Red Cloud High School students use artistic talents to promote driving safety

posted on January 18, 2011

Students from Red Cloud High School were recognized by the Oglala Sioux Tribe Department of Public Safety and Pine Ridge Indian Health Services-Injury Prevention for their graphic artwork to promote safe driving among Native Americans. For the second year in a row, students in Teacher Matt Rama’s Introduction to Arts: Audio and Visual Technology designed logos and posters to encourage the community to wear seatbelts, use car seats for children and stop text messaging while driving.

“Studies show that people respond better to advertisements if the photos and designs relate to the individual on a personal level,” says Jen Franks, injury prevention specialist at Pine Ridge Indian Health Services. “We knew of the work being done in Matt’s class, so we jumped at the opportunity to work with him and his students on this project.”

Red Cloud students designed a number of safe driving posters that were cultural-based, including showing proper usage of car seats with actual photos of Lakota children.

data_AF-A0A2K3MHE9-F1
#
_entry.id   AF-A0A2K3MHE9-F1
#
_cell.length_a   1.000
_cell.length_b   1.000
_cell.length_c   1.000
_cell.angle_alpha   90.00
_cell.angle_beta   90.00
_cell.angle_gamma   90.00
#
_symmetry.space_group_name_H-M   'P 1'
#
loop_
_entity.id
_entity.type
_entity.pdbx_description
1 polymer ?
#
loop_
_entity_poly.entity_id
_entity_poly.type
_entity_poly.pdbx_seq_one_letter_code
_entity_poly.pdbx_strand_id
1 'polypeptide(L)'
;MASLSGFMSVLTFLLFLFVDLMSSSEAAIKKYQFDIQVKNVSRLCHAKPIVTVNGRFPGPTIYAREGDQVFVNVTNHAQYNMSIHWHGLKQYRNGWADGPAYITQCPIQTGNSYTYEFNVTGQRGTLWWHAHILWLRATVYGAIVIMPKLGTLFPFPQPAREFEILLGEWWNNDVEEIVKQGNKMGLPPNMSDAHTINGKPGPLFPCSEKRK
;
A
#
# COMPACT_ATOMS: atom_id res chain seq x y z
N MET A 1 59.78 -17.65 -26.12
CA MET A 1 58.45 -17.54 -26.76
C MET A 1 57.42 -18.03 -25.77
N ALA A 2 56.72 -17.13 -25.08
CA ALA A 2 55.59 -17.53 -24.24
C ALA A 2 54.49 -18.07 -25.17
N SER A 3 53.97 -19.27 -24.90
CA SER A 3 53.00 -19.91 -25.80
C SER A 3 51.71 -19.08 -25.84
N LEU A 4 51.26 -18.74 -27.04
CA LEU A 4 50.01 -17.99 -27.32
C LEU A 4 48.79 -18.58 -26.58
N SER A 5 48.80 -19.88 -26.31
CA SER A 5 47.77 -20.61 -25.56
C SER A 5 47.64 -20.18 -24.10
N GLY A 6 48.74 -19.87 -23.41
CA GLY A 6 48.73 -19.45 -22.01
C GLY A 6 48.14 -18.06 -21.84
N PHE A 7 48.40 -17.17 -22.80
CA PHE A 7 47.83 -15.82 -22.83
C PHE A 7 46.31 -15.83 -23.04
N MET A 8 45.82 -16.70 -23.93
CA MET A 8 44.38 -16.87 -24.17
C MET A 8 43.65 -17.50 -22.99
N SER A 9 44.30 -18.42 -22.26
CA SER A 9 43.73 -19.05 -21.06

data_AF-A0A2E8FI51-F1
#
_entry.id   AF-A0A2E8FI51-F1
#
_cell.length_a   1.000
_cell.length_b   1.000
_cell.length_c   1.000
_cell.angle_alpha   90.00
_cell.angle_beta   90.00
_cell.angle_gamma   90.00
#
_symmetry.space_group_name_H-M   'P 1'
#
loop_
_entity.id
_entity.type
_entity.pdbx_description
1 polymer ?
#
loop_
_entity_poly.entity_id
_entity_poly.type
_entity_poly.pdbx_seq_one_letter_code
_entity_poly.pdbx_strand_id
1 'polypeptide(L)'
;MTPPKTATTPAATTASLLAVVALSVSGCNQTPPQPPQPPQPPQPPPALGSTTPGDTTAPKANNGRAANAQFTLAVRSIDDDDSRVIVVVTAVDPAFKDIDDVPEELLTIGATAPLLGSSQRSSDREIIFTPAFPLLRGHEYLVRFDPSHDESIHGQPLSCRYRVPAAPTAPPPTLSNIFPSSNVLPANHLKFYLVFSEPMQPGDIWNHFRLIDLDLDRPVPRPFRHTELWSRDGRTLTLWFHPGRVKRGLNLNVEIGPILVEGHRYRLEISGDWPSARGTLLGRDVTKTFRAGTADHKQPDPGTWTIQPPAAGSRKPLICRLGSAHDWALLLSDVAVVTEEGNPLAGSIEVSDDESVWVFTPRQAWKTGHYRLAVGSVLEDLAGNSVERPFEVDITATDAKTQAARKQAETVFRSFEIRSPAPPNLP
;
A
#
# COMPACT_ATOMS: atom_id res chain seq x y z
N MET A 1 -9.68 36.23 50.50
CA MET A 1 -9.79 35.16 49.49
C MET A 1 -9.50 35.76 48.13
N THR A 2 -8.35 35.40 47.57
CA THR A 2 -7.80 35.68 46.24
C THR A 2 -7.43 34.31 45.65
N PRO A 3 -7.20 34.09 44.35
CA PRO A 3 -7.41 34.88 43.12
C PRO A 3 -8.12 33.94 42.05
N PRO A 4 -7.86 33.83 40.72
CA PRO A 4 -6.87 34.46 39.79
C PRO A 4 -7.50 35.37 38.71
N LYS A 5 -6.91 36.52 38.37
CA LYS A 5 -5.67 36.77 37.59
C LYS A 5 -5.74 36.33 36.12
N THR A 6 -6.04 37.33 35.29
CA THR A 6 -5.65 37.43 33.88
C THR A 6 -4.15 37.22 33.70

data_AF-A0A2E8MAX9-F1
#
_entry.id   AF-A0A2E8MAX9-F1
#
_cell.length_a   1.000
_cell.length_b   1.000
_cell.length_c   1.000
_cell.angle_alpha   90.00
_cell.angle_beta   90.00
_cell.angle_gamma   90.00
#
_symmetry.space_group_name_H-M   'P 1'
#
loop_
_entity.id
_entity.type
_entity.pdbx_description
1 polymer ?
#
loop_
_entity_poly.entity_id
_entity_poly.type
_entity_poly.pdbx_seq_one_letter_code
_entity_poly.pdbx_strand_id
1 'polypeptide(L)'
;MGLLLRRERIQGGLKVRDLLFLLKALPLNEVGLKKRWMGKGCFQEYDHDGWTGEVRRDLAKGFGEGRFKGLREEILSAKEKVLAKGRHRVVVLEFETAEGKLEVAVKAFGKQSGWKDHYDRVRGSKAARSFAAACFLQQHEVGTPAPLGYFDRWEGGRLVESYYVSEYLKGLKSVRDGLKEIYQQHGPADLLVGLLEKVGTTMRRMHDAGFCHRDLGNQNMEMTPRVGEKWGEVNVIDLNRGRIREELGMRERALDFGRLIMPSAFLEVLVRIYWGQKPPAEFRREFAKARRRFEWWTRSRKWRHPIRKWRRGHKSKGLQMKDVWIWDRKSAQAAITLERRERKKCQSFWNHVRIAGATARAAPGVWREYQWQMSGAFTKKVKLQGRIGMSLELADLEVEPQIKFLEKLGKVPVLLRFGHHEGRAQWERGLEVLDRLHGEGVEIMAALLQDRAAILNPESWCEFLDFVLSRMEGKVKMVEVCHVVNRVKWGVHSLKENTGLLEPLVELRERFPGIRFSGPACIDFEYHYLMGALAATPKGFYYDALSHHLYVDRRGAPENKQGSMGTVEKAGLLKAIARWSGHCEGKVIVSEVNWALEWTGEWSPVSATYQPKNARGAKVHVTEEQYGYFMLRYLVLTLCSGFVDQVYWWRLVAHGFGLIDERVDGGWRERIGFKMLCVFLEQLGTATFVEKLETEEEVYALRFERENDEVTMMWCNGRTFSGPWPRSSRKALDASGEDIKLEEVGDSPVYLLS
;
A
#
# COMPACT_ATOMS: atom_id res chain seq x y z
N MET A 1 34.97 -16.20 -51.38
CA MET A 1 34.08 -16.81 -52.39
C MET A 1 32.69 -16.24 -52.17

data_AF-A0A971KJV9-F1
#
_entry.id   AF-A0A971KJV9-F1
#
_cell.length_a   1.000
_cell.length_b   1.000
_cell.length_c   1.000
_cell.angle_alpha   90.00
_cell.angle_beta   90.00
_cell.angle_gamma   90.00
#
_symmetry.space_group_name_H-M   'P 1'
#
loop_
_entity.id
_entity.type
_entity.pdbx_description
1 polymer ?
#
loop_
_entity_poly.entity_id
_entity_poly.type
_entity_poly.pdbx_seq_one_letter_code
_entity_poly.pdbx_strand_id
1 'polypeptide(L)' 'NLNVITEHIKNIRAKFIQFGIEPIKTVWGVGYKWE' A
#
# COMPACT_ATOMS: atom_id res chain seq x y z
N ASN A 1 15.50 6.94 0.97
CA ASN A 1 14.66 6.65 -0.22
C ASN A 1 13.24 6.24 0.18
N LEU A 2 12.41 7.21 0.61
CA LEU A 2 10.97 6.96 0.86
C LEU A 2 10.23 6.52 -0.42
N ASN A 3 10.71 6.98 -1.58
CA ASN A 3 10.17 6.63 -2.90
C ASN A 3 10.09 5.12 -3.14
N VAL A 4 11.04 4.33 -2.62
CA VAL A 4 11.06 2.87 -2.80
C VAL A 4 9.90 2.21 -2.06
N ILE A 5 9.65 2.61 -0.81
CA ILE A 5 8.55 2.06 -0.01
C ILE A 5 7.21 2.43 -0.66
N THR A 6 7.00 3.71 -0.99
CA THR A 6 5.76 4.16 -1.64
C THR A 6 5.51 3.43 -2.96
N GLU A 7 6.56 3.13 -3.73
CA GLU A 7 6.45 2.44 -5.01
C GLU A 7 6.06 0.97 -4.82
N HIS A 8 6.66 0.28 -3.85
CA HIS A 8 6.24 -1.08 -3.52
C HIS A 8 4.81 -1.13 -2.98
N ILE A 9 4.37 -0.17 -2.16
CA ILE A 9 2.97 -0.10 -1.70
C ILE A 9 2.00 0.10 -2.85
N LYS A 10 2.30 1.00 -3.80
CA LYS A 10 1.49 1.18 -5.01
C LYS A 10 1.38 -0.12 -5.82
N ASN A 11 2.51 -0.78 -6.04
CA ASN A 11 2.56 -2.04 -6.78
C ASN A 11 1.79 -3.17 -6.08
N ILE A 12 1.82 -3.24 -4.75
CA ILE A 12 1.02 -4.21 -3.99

Franks says two years ago the safety organization featured members of the Red Cloud boys’ basketball team on a poster for seatbelt safety. “Our best game is on the road,” the poster read, which was distributed across the state of South Dakota.

“Last year was the first year students contributed their computer talents to provide us with seatbelt safety posters,” she continues. “The response was phenomenal. Everyone wanted them: hospitals, public safety departments and many others.”

Red Cloud High School Senior Sonja Clifford even designed a logo for the injury prevention program. She says it was really exciting to be asked to do the project.

“These projects are important because they create an awareness of safety for our people,” Clifford says.

According to Lieutenant Richard Greenwald, supervisor at the Highway Safety Division, last year the Pine Ridge Indian Reservation had 20 fatal car accidents, 86 percent of which could have been prevented if people were wearing their seatbelts. That’s why, he says, contributions like this are important.

“It was Red Cloud students who first came up with these ideas and I’m not sure they know what kind of an impact they have,” says Greenwald. “The number of people wearing seatbelts on the reservation and across South Dakota is increasing.”